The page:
Lavender oil is known for its calming and relaxing properties, and has been used for alleviating insomnia, anxiety, depression, restlessness, dental anxiety, and stress. It has also been proven effective for nearly all kinds of ailments, from pain to infections.
Its name actually comes from the Latin lavare, which means “to wash,” and lavender has long been used as a tonic to help cleanse the skin.14 I am particularly fascinated by lavender oil’s potential in fighting antifungal-resistant skin and nail infections.
Scientists from the University of Coimbra found that lavender oil is lethal to skin-pathogenic strains known as dermatophytes, as well as various Candida species.15 Lavender oil has a chemically complex structure with over 150 active constituents.16This oil is rich in esters, which are aromatic molecules with antispasmodic (suppressing spasms and pain), calming, and stimulating properties. The chief botanical constituents of lavender oil are linalyl acetate, linalool (a non-toxic terpene alcohol that has natural germicidal properties), terpinen-4-ol, and camphor.
Other constituents in lavender oil that are responsible for its antibacterial, antiviral, and anti-inflammatory properties include cis-ocimene, lavandulyl acetate, 1,8-cineole, limonene, and geraniol. Lavender can also be used to:17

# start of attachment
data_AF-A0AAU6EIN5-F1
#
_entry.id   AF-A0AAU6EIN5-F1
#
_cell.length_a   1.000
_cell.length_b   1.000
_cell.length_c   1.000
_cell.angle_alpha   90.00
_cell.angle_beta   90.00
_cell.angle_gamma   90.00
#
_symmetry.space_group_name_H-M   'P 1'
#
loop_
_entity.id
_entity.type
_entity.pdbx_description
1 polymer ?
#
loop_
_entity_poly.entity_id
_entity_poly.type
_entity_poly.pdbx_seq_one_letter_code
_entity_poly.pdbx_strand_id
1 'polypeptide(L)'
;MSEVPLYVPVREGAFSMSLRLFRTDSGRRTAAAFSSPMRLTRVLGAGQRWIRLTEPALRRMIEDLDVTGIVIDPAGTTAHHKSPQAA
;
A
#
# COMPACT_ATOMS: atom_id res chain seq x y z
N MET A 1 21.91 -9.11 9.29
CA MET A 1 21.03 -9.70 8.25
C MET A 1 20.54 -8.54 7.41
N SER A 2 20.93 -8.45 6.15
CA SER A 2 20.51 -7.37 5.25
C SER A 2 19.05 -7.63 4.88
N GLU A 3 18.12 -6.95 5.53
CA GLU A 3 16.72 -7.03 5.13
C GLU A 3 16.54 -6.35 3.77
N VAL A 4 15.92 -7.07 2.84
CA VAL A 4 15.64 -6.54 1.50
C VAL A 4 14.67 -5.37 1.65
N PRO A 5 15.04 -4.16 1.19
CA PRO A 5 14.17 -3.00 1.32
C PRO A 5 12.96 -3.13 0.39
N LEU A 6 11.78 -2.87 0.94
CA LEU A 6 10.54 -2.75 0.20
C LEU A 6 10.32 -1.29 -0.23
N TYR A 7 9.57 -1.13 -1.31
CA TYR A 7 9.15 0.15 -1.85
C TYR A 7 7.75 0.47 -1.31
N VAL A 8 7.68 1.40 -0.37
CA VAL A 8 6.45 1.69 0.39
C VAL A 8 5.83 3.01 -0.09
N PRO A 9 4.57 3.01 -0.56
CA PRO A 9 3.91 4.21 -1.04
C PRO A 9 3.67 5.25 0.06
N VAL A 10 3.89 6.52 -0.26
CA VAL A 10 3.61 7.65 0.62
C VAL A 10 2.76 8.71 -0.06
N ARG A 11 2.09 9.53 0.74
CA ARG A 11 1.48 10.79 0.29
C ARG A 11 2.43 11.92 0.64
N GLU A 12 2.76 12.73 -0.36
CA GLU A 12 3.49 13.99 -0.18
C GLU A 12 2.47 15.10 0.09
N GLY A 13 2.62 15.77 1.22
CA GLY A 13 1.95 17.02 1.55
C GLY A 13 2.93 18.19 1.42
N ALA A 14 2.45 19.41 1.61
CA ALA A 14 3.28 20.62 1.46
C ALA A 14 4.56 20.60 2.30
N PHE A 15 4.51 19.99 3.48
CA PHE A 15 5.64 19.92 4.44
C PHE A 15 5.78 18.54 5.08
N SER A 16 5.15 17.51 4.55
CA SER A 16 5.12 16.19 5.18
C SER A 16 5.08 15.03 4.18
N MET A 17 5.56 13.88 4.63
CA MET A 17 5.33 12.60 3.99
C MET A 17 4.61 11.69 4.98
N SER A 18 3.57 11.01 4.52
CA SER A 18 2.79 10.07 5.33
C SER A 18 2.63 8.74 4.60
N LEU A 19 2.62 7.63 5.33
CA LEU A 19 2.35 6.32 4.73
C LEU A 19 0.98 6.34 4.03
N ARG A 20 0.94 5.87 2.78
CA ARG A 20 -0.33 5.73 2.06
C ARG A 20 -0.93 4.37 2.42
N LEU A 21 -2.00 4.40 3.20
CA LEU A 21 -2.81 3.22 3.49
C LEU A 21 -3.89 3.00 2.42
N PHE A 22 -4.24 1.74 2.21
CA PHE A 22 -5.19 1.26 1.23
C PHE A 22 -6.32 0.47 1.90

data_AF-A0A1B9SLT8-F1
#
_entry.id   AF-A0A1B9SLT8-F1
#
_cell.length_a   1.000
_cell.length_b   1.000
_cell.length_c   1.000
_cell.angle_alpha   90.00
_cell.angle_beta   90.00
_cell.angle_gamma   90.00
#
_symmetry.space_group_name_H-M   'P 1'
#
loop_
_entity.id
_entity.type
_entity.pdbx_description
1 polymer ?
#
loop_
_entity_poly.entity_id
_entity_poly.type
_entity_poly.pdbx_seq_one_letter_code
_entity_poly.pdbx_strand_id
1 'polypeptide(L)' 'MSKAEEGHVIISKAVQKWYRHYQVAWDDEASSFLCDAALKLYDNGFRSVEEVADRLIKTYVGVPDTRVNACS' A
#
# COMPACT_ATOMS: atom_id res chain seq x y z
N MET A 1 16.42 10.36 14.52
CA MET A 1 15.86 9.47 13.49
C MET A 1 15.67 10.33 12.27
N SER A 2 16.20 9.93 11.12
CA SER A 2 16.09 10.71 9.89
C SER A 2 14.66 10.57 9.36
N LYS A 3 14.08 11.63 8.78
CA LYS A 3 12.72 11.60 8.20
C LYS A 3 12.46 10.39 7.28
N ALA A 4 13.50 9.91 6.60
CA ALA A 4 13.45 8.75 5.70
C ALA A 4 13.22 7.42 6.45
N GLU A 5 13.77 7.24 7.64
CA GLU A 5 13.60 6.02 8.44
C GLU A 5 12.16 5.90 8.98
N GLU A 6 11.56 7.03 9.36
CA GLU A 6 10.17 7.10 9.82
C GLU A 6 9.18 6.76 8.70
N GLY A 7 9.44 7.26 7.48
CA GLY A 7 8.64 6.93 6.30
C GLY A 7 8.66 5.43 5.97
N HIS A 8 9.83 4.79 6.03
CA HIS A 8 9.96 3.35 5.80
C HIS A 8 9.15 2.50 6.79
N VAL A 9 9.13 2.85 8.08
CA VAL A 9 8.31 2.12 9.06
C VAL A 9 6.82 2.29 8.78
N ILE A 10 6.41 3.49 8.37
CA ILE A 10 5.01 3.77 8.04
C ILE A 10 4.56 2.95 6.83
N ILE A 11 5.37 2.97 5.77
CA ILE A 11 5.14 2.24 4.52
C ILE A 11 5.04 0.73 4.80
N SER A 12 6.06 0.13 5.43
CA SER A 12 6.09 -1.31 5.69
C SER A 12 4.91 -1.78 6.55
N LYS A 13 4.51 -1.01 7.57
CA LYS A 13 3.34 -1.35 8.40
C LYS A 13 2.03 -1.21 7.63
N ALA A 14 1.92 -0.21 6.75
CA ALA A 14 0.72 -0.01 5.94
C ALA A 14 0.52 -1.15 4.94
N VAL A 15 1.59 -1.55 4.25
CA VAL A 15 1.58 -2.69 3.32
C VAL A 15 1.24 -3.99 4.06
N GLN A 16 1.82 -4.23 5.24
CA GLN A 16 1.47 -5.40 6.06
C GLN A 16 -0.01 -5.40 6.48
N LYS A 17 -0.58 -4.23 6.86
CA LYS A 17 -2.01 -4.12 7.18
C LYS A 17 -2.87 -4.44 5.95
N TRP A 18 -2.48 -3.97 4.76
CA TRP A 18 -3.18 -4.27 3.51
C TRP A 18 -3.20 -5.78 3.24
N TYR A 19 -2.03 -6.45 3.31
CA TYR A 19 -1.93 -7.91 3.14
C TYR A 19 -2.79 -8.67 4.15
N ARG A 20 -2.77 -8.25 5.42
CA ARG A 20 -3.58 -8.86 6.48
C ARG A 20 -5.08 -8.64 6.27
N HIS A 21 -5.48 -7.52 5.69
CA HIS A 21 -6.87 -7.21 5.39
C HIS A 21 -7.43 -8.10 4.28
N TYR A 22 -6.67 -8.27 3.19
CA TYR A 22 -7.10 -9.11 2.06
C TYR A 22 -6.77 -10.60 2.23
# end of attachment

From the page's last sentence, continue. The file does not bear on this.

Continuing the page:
- Relieve pain. It can ease sore or tense muscles, joint pain and rheumatism, sprains, backache, and lumbago. Simply massage lavender oil onto the affected area. Lavender oil may also help lessen pain following needle insertion.
- Treat various skin disorders like acne, psoriasis, eczema, and wrinkles. It also helps form scar tissues, which may be essential in healing wounds, cuts, and burns. Lavender can also help soothe insect bites and itchy skin (lavender oil can help ward off mosquitoes and moths. It is actually used as an ingredient in some mosquito repellents).
- Keep your hair healthy. It helps kill lice, lice eggs, and nits. The Natural Medicines Comprehensive Database (NMCB) says that lavender is possibly effective for treating alopecia areata (hair loss), boosting hair growth by up to 44 percent after just seven months of treatment.
- Improve your digestion. This oil helps stimulate the mobility of your intestine and stimulates the production of bile and gastric juices, which may help treat stomach pain, indigestion, flatulence, colic, vomiting, and diarrhea.